22. I remember vividly the corpses coming out of the ground at the end – which scared the ever lovin’ shit out of me. You all at one time or another have probably heard about the alleged “curse” of this film. I often blew it off…until I read that the corpse props in the film…weren’t. Apparently, they were real cadavers. Eww…to say the least.

    “The (curse) rumor is often fueled by the fact that real cadavers were used as props in various scenes of Poltergeist” 

    “Other times prop guys get really lazy and instead of making fake dead bodies, they just used real corpses. Frankly, even that’s not too weird, nor is it the only example of a real skeleton in a film. But, what is really crazy is that the prop guys used gory cadavers in Poltergeist and didn’t tell anyone, particularly the actress who filmed with them in a swimming pool.”

    1. It’s very hard to believe, since actual human remains become a bona fide hazmat scenario. You can’t legally transport them without a license.

      EDIT: In some cursory research, it appears that real skeletons were used. Which is very different than moldering bodies.

      1. Well yeah, that’s why it read “real skeletons” – no, I would see the obvious issues with using rotten bodies to make a movie. I’m sure the adding rotted flesh was prop embellishment. But that doesn’t change that fact that read cadavers were in fact used.

  23. I live about 100 yards from a Native American cemetery.  Never had any spectral problems.  Gets a bit trafficky when there’s a funeral, though.

  24. My dad took me to see it, we both screamed A LOT, pretty sure I spent about ten minutes of the movie sitting on the floor of the theater hiding behind the chairs in front of me peeking through the arm rests, loved every minute of if

  25. Saw the movie at age 16 in a little theater in Bridgeton, Maine.  I was a huge movie/special effects fan and love anything make by Spielberg or George Lucas.  The thing I remember most was towards the end when their about to enter the room to rescue the little girl.  Zelda Rubenstein gives her speech and says, “Now, open the door,” and every head in the audience started to disappear as people scrunched down in their seats in fear. I loved the scene with the chairs, too.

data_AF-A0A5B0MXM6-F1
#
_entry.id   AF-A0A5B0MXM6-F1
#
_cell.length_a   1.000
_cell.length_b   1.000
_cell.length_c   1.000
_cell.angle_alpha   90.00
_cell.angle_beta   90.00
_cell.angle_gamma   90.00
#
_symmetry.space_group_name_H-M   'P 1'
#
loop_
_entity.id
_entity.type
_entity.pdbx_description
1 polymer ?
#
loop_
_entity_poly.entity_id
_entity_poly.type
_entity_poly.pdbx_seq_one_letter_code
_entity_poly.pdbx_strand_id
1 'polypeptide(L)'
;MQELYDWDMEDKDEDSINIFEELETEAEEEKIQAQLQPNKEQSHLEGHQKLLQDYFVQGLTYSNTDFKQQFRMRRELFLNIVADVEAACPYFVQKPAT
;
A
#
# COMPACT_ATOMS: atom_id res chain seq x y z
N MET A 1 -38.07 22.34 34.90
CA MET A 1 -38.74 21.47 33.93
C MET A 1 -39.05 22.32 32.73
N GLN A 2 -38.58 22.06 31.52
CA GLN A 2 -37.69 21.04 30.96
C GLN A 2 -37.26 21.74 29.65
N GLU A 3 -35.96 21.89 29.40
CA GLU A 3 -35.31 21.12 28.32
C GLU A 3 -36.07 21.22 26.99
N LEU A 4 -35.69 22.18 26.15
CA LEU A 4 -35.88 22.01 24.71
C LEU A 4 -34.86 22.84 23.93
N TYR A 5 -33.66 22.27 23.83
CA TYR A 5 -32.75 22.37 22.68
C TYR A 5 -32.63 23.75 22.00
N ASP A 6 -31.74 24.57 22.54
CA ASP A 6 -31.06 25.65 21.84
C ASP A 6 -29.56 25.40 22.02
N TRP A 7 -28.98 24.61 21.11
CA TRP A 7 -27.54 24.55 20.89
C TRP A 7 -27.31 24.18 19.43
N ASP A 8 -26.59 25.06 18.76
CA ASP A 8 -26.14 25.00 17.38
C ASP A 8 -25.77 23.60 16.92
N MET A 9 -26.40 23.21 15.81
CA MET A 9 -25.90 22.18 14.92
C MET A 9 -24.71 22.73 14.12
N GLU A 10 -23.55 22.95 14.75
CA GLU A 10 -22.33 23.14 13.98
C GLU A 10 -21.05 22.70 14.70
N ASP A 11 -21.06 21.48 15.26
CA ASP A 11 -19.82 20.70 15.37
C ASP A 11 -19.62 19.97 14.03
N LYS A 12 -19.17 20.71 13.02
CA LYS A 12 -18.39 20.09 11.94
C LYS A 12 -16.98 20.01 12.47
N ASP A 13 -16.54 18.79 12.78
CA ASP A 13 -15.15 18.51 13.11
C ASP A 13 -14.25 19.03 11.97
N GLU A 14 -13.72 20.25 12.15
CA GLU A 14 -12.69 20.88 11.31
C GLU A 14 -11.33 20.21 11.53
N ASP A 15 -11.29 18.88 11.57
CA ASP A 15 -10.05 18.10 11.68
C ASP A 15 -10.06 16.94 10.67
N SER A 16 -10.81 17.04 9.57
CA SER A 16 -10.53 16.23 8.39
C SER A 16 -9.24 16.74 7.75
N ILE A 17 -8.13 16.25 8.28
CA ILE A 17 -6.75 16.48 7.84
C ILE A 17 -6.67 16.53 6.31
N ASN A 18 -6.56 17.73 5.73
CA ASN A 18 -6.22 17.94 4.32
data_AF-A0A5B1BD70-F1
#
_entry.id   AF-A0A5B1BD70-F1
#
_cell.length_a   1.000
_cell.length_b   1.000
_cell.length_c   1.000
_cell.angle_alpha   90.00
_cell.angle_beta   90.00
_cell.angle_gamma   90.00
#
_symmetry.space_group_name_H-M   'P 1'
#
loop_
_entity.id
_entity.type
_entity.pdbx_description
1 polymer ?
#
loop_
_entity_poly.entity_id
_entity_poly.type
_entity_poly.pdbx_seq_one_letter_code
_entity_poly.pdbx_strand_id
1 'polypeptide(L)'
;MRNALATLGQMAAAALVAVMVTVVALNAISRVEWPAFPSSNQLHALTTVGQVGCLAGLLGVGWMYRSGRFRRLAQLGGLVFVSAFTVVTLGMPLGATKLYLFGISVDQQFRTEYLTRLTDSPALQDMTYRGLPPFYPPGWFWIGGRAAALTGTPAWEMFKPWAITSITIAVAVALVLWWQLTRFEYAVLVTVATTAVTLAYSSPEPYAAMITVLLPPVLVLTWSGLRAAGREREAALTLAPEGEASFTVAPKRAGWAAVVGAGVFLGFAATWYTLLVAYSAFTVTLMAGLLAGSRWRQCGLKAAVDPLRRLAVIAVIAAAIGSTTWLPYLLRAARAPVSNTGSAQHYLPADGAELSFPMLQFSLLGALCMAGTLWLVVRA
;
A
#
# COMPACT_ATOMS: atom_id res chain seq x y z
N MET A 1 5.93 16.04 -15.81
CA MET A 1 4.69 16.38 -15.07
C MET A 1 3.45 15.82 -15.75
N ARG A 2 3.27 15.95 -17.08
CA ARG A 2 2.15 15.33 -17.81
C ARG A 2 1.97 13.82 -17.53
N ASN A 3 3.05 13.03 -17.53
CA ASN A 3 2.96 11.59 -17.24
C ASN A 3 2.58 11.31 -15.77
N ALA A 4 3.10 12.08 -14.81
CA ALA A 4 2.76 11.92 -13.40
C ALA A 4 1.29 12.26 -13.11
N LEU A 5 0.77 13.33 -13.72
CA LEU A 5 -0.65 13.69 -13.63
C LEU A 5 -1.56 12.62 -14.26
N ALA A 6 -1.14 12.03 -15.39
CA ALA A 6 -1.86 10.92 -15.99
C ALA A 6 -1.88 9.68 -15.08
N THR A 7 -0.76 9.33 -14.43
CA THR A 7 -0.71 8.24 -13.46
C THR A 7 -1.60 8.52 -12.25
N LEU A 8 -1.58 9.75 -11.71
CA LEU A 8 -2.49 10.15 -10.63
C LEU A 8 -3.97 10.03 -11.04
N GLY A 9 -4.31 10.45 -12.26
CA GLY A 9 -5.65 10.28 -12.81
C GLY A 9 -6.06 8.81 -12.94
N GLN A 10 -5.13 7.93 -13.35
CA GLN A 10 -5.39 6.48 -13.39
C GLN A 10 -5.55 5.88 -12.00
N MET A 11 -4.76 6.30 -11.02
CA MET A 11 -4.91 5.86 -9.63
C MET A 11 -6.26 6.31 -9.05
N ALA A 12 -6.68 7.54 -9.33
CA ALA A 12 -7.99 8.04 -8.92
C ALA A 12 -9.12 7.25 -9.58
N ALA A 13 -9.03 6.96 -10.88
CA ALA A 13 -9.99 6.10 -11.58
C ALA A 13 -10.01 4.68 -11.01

It took me a while to remember that the actress who played the little girl died when she was only 12.  And that the actress who played the older sister was murdered soon after the movie came out.

  26. For some reason the scene that always stuck out with me, and continues to give me the chills to this day, is when the mother is trying to climb her way out of the ‘pool’. This is a mother who, as most others would be, is in militant “mom mode,” frantically searching for her lost daughter on the thought that she might have fallen into the gaping hole in their yard. The skeletons/cadavers were great and definitely horrific, but the most amazing scene is when her neighbor miraculously reaches down to help her out of the muddy trap that she’s found herself in. Keep in mind ,earlier in the movie it is plainly shown that mom and dad do not get along with their obnoxious neighbors. That,combined with the already implied isolation of suburbia, creates a unique moment in the movie when the situation becomes a Human situation, not an individual family’s. His helping hand in response to her hysteria is the perfect positive/negative human moment. The barriers between neighbors were struck down instantly, the two opposing teams have now bonded and we realize, if only for a second, that people are people and we are all just trying to make our way out whatever crisis might befall us or our families. This may all seem really pedantic or something, but it has been with me for years and years. Anybody else feeling me on this??